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Nevada Action for School Options congratulates Nevada’s families and students on making it through another turbulent session of their biennial legislature, for the most part incrementally better off than they began it.

In a session marred unforgettably by the tragic loss of principled and magnetic Assembly Education Committee Chairman Tyrone Thompson, final policy impacts represented neither the best nor worst of times. Nevadans’ educational opportunities will not be dramatically altered as a result of the past 120 days. There were some modest improvements, which include:

  • An overhaul modernization of the “Nevada Plan,” our five-decades-old public school funding formula, represented useful progress and a meaningful step toward improving equity in educational opportunities for all students, including those attending the most underperforming schools. As always, details of the plan’s implementation, and funding transparency will likely prove crucially important.  Our main recommendations focused on improving funding definitions for at-risk students for more usefully addressing Nevada’s particular areas of need, and codifying funding parity for charter school students.
  • The contraction of Nevada’s tiny and universally popular Opportunity Scholarship Program — while good news for the 2,300 lower income students statewide currently receiving scholarships, it was regrettably unfortunate that the legislature decided to cut off opening the program to new students (for the most part).
  • Charter school students in Nevada will generally be better off, with initial steps taken to improve funding parity with other public school students, a more strategic new oversight framework, and a talented new leader in State Public Charter School Authority Director Rebecca Feiden.

This session was also characterized by successfully escaping other, problematic policy changes, some of them coming from well-intended decisionmakers:

  • A proposed moratorium to block the opening of new public charter schools was averted, and we are pleased with our role having helped improve the resulting strategic oversight plan with a focus on successfully serving more of the students who need quality charters most.
  • While we are disappointed at the elimination of the Achievement School District, we are glad that our recommendations for the smooth and seamless transition of the four current and two approved schools it operated to a new home at the State Charter School Authority.
  • Legislative leaders’ abrupt choice to strip provisions of the popular Education Savings Account program will not hurt any current students because funding was never enacted. It will cost Nevadans, or at least delay, the potential nexus of innovative learning opportunities.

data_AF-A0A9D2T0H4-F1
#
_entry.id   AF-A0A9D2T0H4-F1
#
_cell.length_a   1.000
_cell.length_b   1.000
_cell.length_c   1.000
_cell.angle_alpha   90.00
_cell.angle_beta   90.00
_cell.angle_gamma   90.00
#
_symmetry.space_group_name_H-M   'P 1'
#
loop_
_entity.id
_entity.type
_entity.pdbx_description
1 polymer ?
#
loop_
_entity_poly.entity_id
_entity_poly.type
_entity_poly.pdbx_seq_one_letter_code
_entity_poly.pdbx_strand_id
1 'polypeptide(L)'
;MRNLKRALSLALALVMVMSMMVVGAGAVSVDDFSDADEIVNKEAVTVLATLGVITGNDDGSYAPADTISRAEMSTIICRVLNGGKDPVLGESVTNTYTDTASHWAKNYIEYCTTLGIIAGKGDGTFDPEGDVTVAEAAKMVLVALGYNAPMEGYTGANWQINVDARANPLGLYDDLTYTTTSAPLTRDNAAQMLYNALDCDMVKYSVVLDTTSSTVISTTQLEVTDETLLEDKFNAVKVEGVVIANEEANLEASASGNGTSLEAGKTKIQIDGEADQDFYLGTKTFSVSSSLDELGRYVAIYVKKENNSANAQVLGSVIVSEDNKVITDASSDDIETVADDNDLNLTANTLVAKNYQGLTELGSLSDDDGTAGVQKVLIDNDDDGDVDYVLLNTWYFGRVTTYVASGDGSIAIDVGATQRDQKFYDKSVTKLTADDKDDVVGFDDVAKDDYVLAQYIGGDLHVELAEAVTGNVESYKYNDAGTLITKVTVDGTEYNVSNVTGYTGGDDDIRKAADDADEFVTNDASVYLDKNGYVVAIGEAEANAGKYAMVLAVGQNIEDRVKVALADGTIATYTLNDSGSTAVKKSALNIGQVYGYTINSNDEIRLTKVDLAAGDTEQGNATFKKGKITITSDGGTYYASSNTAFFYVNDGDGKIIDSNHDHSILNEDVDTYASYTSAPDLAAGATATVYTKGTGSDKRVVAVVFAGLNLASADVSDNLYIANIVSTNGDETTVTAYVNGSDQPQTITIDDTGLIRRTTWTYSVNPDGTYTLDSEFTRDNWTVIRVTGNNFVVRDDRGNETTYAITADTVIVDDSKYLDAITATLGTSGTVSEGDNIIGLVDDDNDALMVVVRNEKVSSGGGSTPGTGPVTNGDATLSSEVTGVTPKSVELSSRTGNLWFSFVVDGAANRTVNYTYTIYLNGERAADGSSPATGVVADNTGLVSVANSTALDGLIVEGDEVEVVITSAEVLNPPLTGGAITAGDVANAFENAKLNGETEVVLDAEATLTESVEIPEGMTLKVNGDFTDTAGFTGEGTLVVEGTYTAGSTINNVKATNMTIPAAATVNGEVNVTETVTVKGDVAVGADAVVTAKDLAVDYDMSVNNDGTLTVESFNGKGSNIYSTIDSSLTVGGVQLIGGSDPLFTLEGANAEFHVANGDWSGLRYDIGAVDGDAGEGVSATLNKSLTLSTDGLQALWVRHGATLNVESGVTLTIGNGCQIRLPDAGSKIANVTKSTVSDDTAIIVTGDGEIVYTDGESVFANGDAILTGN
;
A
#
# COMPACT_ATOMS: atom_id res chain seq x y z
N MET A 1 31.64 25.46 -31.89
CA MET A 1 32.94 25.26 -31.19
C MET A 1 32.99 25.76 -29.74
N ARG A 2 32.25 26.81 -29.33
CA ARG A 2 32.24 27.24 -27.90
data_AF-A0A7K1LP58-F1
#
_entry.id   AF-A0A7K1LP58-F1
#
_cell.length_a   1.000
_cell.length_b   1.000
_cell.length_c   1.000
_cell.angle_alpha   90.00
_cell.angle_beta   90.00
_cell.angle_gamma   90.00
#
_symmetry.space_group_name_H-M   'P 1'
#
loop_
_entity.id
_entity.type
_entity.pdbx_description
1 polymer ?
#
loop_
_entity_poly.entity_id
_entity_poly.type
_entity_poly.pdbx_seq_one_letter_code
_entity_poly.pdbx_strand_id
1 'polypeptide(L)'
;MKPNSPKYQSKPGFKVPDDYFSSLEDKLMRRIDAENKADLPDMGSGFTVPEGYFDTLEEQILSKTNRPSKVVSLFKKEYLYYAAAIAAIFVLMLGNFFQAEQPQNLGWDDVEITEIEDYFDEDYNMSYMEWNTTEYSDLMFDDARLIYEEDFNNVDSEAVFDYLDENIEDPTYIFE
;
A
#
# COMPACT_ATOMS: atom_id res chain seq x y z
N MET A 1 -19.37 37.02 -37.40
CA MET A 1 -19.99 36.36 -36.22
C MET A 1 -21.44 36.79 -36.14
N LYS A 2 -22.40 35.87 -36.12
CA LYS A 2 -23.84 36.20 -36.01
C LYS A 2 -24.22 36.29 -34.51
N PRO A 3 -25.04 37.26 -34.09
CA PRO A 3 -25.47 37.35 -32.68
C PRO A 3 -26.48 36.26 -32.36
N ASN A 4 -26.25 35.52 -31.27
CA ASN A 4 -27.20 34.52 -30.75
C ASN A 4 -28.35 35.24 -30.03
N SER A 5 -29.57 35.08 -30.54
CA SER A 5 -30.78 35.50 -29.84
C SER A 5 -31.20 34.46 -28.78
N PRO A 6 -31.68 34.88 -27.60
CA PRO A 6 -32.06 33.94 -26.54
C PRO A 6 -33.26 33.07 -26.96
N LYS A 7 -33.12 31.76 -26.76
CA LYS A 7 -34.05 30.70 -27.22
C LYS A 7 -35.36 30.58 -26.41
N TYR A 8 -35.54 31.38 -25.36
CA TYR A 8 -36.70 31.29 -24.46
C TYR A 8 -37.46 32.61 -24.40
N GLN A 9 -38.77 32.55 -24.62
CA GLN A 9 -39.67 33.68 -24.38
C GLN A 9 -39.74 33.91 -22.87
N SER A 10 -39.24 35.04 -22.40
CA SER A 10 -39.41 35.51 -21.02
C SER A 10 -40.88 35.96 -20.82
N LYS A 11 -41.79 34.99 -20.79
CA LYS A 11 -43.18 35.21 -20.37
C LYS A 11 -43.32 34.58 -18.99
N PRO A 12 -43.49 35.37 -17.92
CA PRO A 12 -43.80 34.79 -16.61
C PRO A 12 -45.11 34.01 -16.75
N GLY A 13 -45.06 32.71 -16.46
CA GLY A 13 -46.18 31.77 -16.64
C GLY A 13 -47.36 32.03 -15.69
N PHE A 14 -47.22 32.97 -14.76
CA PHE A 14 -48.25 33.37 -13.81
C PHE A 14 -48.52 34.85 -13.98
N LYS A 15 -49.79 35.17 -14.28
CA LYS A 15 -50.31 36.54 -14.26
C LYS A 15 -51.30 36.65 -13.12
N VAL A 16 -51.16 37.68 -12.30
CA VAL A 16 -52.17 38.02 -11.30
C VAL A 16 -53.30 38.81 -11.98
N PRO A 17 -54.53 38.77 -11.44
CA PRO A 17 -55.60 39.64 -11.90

Nevada Action for School Options’ founder and president Don Soifer noted, “We need to remember that the last-day plan driven by leadership of each chamber is built on what are widely understood to be dubious foundations, shakily-constructed in Nevada’s constitution. Policy details matter when in comes to their supporting quality educational opportunities, and many of those details are still taking shape.”

Soifer continued, “The likely outcome will be a series of court decisions in the coming months, which just might pull the rug out from much of what was resolved in the final days of the session.

“Our first-ever legislative session sharpened our commitment to advancing quality educational opportunities equitably for all Nevada students and will remain just as fervent as ever in the months and years to come.”

Finally, the real highlight of this session was the admirable and capable of a diverse collection of leaders from across Nevada’s education spectrum, from proven champions like Senator Scott Hammond and Clark County Black Caucus Chair Yvette Willliams to emerging advocates for quality schools like Kris Schneider, chairman of the new Nevada Council for American Private Education; Mater Academy charter school leader for equity Renee Fairless and brand new, innovative lawmaker and high school teacher Selena Torres.

Watch our email, Twitter and Facebook updates as developments happen.

 

Don Soifer, Nevada Action president, was interviewed on May 30, 2019 on Kevin Wall Live and Local on 790 Talk in Southern Nevada and the Nevada Talk Network.  He updated the latest developments in the Nevada Legislature relating to the Opportunity Scholarship program and expectations for the final week of the session

 

Ten-minute video interview with the Las Vegas Review-Journal’s Victor Joecks from Nevada Action’s “command post” in Carson City updates the latest news and developments about the Opportunity Scholarship program, charter schools, and other education news in the final five days of the Nevada Legislature’s 2019 session.

Soifer talks about prospects for school choice as Legislature winds down

 

Nevada’s Opportunity Scholarship program is relatively tiny — during the most recent, 2018-19 school year, 2,300 income-eligible students received scholarships statewide.  Nonetheless, it remains one of Nevada’s most popular education programs, across nearly every group measured, according to a scientific 2019 poll published in February.

Overall, 68 percent of all Nevadans support the Opportunity Scholarship program, while only 29 percent oppose it. Support polled highest among (in order): middle-aged adults, millennials, African-Americans, and those living in Nevada’s suburbs.

The program’s popularity is widespread. More than two-thirds of Hispanics (70 percent) and African-Americans (69 percent) support Nevada’s Opportunity Scholarship program. Support was even higher among Hispanic parents (74 percent) and African-American parents (70 percent).

In fact, the poll found that, when the interviewer included a brief explanatory note about the program, respondents who identified themselves as Democrats living in Clark County expressed support for the Opportunity Scholarship program at a rate of 68 percent in favor and 27 percent opposed. Without the added definition, support from this group was still quite strong — 44 percent in support and 13 percent opposed.

Nevadans who were “strongly opposed” to the Opportunity Scholarship program were much more likely to be from higher-income households (18 percent with annual incomes greater than $60,000) than low-income homes (7 percent with incomes below $40,000).